• For dogs, the entire process takes approximately 30 minutes, which includes time for the exam, donation, and treats and affection from the staff. If your pet is excited or unable to sit still for the duration of the donation a mild sedative may be administered.
  • Cat donations require short acting anesthetic, so their appointments are drop-off appointments.  The donation process takes up to four hours, which includes sedation, donation, recovery from sedation and treats.  You will be notified when your pet is ready to be picked up.


Questions and answers about blood donation:

Why is it important to donate?

As the pet population in our area continues to increase the demands for pet blood products also increases.  With volunteer donations we can help meet this increasing need in our community.  The biggest benefit is knowing that you and your pet are helping to save the life of a pet.  One donation can save multiple pet lives because the donation can be divided into several components, which can be used for multiple pets.


Why do dogs and cats need transfusions?

Just like in humans, animals need transfusions for many situations such as trauma, ingestions of poisons, surgical complications or immune problems that cause destruction of their own blood cells.


Do dogs and cats have different blood types like people?

Dogs have a numbered blood typing system called Dog Erythrocyte Antigen (DEA) system.  DEA 1.1 is the main blood type, which dogs can be positive or negative.  DEA 1.1 negative is a universal blood type and is safe to be given to any other dog.  Cats have three different blood types: A, B and AB.  Type A is the most common with type B found in about 5% of the population.   Type AB is very rare.  There is no universal blood type for cats.


How much blood can my pet donate and how often?

Each dog donates approximately 450 mLs (equal to one pint or two cups) at the time of donation.  Each cat donates approximately 50 mLs (about two ounces) at the time of the donation.  Fluid loss in cats will be replaced by administration of subcutaneous fluids.  Dogs can donate safely every six weeks while cats can donate safely every 8 weeks.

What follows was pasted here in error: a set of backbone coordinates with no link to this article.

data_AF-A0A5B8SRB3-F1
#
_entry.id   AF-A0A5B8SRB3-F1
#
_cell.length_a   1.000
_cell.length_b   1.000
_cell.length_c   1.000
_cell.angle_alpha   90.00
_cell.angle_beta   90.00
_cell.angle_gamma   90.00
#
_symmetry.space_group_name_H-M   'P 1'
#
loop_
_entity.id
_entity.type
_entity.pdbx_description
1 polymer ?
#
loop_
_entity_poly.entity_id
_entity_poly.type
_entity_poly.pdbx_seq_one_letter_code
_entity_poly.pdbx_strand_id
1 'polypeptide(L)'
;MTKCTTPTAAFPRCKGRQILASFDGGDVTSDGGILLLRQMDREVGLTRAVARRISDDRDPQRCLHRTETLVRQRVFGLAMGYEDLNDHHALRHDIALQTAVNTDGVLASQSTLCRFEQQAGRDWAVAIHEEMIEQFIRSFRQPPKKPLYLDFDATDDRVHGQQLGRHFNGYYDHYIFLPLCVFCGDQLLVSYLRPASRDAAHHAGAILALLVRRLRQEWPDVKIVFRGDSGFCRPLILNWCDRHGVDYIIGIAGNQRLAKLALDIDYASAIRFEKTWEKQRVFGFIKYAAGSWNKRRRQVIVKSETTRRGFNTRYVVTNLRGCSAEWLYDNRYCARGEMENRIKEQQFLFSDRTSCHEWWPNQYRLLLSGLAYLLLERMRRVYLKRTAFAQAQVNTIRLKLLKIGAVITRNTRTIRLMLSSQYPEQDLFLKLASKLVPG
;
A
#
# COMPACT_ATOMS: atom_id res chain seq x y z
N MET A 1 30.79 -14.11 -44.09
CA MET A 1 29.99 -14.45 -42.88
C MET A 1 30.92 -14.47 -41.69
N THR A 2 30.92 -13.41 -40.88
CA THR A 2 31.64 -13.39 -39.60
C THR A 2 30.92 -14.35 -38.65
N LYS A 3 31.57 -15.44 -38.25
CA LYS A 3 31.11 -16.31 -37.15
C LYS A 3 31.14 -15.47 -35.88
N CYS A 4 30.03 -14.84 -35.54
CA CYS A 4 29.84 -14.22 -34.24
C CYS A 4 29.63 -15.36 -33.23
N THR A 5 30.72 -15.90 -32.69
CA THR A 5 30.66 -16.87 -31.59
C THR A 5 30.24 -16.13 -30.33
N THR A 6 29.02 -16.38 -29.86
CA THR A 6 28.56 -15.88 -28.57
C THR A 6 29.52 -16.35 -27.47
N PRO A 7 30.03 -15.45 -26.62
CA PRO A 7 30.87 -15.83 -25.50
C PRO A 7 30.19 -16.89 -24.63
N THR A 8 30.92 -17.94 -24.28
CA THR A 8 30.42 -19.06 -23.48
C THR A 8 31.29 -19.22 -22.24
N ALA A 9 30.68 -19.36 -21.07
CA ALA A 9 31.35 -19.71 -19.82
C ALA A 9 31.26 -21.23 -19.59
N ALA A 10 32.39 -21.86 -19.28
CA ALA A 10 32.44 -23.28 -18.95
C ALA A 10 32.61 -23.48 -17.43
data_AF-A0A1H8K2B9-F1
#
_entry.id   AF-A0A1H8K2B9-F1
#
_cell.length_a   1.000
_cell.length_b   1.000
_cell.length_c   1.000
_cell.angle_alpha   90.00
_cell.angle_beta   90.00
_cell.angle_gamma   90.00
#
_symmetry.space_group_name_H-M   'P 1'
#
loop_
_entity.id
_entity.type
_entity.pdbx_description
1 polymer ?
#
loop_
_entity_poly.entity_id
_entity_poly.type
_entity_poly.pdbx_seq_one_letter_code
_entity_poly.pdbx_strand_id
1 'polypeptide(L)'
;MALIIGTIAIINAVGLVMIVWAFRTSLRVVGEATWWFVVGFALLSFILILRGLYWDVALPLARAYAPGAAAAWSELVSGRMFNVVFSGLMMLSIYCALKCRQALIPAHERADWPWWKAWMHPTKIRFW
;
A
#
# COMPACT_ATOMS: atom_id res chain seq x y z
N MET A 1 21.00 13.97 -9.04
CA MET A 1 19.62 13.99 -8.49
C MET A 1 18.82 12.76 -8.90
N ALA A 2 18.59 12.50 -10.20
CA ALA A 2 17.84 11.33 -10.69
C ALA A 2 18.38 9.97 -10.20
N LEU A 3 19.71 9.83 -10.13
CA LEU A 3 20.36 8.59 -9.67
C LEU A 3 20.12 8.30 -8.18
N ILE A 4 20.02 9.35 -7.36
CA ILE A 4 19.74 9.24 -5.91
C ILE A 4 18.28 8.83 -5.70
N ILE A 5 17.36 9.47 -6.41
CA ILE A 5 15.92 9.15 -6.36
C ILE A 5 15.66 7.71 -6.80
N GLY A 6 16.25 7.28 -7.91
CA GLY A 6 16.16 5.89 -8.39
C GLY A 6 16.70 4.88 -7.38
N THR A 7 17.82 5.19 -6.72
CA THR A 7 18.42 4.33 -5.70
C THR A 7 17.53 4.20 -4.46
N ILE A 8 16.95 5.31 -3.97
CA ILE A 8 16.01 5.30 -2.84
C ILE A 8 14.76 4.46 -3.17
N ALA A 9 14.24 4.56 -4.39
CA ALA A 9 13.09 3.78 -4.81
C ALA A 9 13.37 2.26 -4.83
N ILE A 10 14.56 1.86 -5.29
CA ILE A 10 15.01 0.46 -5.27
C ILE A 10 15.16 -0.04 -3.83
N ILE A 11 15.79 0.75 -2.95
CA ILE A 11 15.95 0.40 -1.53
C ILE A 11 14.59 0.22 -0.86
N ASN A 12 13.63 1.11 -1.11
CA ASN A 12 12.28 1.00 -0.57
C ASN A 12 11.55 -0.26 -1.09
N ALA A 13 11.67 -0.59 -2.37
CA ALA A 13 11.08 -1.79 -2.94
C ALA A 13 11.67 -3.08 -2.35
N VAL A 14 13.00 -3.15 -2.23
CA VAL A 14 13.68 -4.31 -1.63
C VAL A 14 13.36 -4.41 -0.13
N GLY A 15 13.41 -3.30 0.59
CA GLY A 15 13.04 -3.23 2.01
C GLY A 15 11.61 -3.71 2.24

Will the donation process be safe for my pet? Will it be painful?

The donation process is quick and painless for your pets.  Each pet will have a small shaved area on the neck, which will be scrubbed with antibacterial scrub before each donation.  The most common side effect is bruising at the site of collection, but that usually goes away within three to four days.  The amount of blood taken from your pet is not enough to alter your pet’s health because the body replaces red cells that are taken naturally.


Will my pet need to be sedated or restrained to give blood?

Most dogs are able to sit still for their donation without problem.  On the rare occasion a dog is excitable or unable to sit still a mild sedation may be used to aid in the donation process.  Cats do better during the donation process with a short-acting anesthetic.  They are carefully monitored during the sedation and are only asleep for 25-30 minutes.


What kind of commitment is required?

Due to the high cost of screening each prospective donor, your pet is asked to commit to at least three donations in a 12-month time period.


How do we get started?

Are you interested in allowing your pet to help save lives by donating blood?  Please contact us at with questions or to become a donor.